Pioneer cover

From the press release: From the moment he is handed a possibility of making the first alien contact, Saunders Maxwell decides he will do it, even if doing so takes him through hell and back.

 
Unfortunately, that is exactly where that journey takes him.

 
The vision that Zimmerman paints of vibrant human colonies on the Moon, Mars, the asteroids, and beyond, indomitably fighting the harsh lifeless environment of space to build new societies, captures perfectly the emerging space race we see today.


He also captures in Pioneer the heart of the human spirit, willing to push forward no matter the odds, no matter the cost. It is that spirit that will make the exploration of the heavens possible, forever, into the never-ending future.

 
Available everywhere for $3.99 (before discount) at amazon, Barnes & Noble, all ebook vendors, or direct from the ebook publisher, ebookit.
 

NOAA still struggling to get GOES 17 working

NOAA is still struggling to pinpoint and correct the problem in GOES 17, launched in March, that prevents it from taking certain infrared weather images.

In a teleconference with reporters, NOAA officials said they had been able to improve the availability of infrared and near-infrared channels on the Advanced Baseline Imager (ABI) instrument on the GOES-17 satellite since the agency first reported the problem two months ago. The spacecraft, originally known as GOES-S, launched in March. “ABI is already demonstrating improved performance from what was initially observed,” said Pam Sullivan, director of the GOES-R system program. Currently, 13 of the instrument’s 16 channels are available 24 hours a day, with the other three able to operate at least 20 hours a day.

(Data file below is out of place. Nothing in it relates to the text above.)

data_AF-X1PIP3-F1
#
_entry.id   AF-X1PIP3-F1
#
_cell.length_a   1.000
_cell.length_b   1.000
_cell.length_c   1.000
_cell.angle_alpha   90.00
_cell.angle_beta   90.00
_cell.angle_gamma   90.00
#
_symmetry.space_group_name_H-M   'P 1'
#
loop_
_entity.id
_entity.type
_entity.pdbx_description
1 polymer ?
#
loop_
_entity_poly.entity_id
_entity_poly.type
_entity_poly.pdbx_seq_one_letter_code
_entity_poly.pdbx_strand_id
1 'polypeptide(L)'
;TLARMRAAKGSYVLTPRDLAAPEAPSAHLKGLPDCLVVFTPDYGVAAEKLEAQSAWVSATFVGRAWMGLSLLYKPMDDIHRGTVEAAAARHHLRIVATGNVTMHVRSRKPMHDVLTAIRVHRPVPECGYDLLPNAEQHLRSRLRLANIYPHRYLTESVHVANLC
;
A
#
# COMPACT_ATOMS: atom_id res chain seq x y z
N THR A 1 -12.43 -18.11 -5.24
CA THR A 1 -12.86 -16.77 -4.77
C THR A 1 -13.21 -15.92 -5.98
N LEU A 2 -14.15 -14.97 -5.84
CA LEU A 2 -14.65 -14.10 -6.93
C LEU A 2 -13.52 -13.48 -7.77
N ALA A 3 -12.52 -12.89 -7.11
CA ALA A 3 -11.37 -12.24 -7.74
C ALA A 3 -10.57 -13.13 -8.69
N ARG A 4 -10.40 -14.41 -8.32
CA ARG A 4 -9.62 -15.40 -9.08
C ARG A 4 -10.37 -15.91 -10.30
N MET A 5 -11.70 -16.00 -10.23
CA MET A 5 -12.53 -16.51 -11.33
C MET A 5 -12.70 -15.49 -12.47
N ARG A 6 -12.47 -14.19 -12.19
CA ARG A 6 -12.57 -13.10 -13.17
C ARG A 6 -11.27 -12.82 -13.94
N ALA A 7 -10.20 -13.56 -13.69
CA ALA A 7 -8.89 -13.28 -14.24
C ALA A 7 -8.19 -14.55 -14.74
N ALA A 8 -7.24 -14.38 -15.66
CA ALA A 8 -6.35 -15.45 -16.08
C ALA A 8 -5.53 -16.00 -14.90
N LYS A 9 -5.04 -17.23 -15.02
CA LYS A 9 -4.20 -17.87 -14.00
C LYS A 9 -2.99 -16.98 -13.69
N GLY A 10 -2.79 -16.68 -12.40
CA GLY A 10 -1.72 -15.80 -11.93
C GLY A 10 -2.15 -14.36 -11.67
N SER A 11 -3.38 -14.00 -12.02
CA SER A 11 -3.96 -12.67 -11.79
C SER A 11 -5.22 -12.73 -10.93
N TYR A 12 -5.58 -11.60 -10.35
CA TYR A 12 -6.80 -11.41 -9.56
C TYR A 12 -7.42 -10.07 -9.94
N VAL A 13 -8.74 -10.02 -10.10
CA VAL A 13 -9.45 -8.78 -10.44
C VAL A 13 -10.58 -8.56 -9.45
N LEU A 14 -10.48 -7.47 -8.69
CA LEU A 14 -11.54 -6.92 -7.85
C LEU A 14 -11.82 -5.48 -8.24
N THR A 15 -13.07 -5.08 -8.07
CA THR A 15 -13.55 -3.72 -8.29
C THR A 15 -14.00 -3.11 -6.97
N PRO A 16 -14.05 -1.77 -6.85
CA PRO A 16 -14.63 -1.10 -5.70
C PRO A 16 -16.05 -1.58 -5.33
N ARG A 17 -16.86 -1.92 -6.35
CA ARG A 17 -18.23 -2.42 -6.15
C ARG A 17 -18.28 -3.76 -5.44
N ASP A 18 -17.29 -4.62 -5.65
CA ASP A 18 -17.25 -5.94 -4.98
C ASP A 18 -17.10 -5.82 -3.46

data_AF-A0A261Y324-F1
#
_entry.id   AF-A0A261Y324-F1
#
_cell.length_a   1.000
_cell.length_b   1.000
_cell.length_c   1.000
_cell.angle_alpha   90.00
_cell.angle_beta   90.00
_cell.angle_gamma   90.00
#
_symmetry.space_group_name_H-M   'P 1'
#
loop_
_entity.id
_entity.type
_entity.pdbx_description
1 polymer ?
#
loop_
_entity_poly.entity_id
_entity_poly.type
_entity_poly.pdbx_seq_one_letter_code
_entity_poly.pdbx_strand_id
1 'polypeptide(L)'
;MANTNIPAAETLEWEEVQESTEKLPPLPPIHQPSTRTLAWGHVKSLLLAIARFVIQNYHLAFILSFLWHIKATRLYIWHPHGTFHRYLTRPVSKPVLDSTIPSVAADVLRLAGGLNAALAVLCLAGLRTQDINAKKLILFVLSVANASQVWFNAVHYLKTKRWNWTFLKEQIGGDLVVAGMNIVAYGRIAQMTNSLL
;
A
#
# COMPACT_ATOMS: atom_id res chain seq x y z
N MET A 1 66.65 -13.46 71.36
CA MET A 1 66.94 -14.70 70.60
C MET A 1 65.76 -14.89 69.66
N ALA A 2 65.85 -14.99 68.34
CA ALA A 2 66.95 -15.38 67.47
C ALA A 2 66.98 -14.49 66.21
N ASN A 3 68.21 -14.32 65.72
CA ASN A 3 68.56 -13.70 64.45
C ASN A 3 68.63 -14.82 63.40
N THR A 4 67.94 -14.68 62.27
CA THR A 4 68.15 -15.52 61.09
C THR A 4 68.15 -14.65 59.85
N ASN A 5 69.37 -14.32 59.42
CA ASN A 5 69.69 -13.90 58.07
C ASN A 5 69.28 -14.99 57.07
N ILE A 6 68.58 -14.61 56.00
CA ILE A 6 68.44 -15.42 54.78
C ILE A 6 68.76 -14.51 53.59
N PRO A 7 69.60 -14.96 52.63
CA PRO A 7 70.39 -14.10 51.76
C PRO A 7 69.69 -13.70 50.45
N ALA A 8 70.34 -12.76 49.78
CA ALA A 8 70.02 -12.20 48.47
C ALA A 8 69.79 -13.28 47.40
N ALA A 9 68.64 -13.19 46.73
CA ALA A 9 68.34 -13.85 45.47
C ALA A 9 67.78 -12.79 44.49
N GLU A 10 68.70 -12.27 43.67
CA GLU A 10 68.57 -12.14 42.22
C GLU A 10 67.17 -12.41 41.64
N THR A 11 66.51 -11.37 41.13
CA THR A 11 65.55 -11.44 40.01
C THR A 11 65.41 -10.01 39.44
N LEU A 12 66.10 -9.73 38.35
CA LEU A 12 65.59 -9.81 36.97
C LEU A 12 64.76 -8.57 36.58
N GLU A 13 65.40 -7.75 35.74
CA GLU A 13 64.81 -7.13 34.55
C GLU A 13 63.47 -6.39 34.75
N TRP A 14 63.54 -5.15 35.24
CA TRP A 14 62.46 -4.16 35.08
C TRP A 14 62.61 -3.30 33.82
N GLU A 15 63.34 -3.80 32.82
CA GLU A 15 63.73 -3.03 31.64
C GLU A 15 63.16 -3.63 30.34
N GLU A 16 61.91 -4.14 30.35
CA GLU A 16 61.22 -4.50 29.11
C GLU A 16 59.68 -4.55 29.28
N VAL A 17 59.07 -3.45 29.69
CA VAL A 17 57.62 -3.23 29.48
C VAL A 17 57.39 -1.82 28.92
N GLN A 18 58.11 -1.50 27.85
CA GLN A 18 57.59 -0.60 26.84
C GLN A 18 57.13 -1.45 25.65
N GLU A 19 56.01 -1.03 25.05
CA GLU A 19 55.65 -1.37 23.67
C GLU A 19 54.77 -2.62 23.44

That will change, though, on a seasonal basis, depending on the amount of sunlight that shines into the instrument. By September, the hottest part of the orbit, only 10 of 16 channels will be available 24 hours a day, she said, with the other six available “most of the day.”

The satellite is second satellite launched out of a four satellite constellation that NOAA is building for $11 billion. They have now also admitted that the same problem exists on the first satellite, but does not seem to be effecting performance in the same way.

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